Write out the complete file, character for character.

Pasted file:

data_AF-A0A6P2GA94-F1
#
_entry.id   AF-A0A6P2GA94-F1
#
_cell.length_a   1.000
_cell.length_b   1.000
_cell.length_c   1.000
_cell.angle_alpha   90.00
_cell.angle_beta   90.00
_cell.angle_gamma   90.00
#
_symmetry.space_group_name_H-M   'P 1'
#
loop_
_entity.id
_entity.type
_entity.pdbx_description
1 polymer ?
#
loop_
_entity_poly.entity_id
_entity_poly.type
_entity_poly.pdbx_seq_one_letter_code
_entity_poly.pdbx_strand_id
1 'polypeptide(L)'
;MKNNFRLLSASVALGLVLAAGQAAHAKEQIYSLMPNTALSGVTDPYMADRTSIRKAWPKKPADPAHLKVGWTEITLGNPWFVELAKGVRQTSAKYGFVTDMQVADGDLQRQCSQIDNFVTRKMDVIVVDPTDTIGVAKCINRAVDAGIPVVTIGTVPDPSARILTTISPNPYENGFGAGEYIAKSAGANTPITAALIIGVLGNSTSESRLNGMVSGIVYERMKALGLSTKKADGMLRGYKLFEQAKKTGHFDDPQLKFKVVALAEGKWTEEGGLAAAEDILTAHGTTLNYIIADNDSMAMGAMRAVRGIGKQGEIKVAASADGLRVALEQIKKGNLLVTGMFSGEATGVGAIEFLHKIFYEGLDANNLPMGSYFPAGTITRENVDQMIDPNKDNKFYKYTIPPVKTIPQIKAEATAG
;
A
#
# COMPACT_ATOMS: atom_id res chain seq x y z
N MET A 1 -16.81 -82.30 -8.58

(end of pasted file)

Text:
data_AF-A0A6P2GA94-F1
#
_entry.id   AF-A0A6P2GA94-F1
#
_cell.length_a   1.000
_cell.length_b   1.000
_cell.length_c   1.000
_cell.angle_alpha   90.00
_cell.angle_beta   90.00
_cell.angle_gamma   90.00
#
_symmetry.space_group_name_H-M   'P 1'
#
loop_
_entity.id
_entity.type
_entity.pdbx_description
1 polymer ?
#
loop_
_entity_poly.entity_id
_entity_poly.type
_entity_poly.pdbx_seq_one_letter_code
_entity_poly.pdbx_strand_id
1 'polypeptide(L)'
;MKNNFRLLSASVALGLVLAAGQAAHAKEQIYSLMPNTALSGVTDPYMADRTSIRKAWPKKPADPAHLKVGWTEITLGNPWFVELAKGVRQTSAKYGFVTDMQVADGDLQRQCSQIDNFVTRKMDVIVVDPTDTIGVAKCINRAVDAGIPVVTIGTVPDPSARILTTISPNPYENGFGAGEYIAKSAGANTPITAALIIGVLGNSTSESRLNGMVSGIVYERMKALGLSTKKADGMLRGYKLFEQAKKTGHFDDPQLKFKVVALAEGKWTEEGGLAAAEDILTAHGTTLNYIIADNDSMAMGAMRAVRGIGKQGEIKVAASADGLRVALEQIKKGNLLVTGMFSGEATGVGAIEFLHKIFYEGLDANNLPMGSYFPAGTITRENVDQMIDPNKDNKFYKYTIPPVKTIPQIKAEATAG
;
A
#
# COMPACT_ATOMS: atom_id res chain seq x y z
N MET A 1 -16.81 -82.30 -8.58